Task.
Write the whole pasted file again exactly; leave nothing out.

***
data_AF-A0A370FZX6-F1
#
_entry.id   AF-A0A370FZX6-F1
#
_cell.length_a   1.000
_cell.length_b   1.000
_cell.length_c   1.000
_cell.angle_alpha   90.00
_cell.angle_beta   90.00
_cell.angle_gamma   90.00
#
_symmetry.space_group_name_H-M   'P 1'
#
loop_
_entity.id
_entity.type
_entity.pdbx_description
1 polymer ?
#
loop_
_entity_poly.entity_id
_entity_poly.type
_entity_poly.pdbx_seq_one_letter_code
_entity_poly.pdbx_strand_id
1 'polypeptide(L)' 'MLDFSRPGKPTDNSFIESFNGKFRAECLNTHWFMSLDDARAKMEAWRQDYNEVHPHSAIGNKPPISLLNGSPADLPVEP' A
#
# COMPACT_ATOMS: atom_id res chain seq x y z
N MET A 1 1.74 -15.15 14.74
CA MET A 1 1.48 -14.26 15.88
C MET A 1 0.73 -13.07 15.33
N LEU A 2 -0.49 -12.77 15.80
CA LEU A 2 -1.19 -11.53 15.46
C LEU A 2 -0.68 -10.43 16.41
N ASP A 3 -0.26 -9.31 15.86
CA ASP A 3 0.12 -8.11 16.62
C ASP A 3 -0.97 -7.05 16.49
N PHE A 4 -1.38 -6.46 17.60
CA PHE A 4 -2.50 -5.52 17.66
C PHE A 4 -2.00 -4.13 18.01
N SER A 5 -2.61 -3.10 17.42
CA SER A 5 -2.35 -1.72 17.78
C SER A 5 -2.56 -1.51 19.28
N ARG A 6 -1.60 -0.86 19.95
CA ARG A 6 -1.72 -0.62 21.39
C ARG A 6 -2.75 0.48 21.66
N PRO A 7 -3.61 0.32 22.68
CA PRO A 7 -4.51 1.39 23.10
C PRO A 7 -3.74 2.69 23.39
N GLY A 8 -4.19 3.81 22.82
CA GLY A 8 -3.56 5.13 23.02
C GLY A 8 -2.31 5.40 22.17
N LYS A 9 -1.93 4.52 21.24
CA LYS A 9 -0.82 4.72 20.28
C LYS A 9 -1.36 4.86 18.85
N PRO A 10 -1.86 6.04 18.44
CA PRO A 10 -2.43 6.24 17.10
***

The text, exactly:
data_AF-A0A370FZX6-F1
#
_entry.id   AF-A0A370FZX6-F1
#
_cell.length_a   1.000
_cell.length_b   1.000
_cell.length_c   1.000
_cell.angle_alpha   90.00
_cell.angle_beta   90.00
_cell.angle_gamma   90.00
#
_symmetry.space_group_name_H-M   'P 1'
#
loop_
_entity.id
_entity.type
_entity.pdbx_description
1 polymer ?
#
loop_
_entity_poly.entity_id
_entity_poly.type
_entity_poly.pdbx_seq_one_letter_code
_entity_poly.pdbx_strand_id
1 'polypeptide(L)' 'MLDFSRPGKPTDNSFIESFNGKFRAECLNTHWFMSLDDARAKMEAWRQDYNEVHPHSAIGNKPPISLLNGSPADLPVEP' A
#
# COMPACT_ATOMS: atom_id res chain seq x y z
N MET A 1 1.74 -15.15 14.74
CA MET A 1 1.48 -14.26 15.88
C MET A 1 0.73 -13.07 15.33
N LEU A 2 -0.49 -12.77 15.80
CA LEU A 2 -1.19 -11.53 15.46
C LEU A 2 -0.68 -10.43 16.41
N ASP A 3 -0.26 -9.31 15.86
CA ASP A 3 0.12 -8.11 16.62
C ASP A 3 -0.97 -7.05 16.49
N PHE A 4 -1.38 -6.46 17.60
CA PHE A 4 -2.50 -5.52 17.66
C PHE A 4 -2.00 -4.13 18.01
N SER A 5 -2.61 -3.10 17.42
CA SER A 5 -2.35 -1.72 17.78
C SER A 5 -2.56 -1.51 19.28
N ARG A 6 -1.60 -0.86 19.95
CA ARG A 6 -1.72 -0.62 21.39
C ARG A 6 -2.75 0.48 21.66
N PRO A 7 -3.61 0.32 22.68
CA PRO A 7 -4.51 1.39 23.10
C PRO A 7 -3.74 2.69 23.39
N GLY A 8 -4.19 3.81 22.82
CA GLY A 8 -3.56 5.13 23.02
C GLY A 8 -2.31 5.40 22.17
N LYS A 9 -1.93 4.52 21.24
CA LYS A 9 -0.82 4.72 20.28
C LYS A 9 -1.36 4.86 18.85
N PRO A 10 -1.86 6.04 18.44
CA PRO A 10 -2.43 6.24 17.10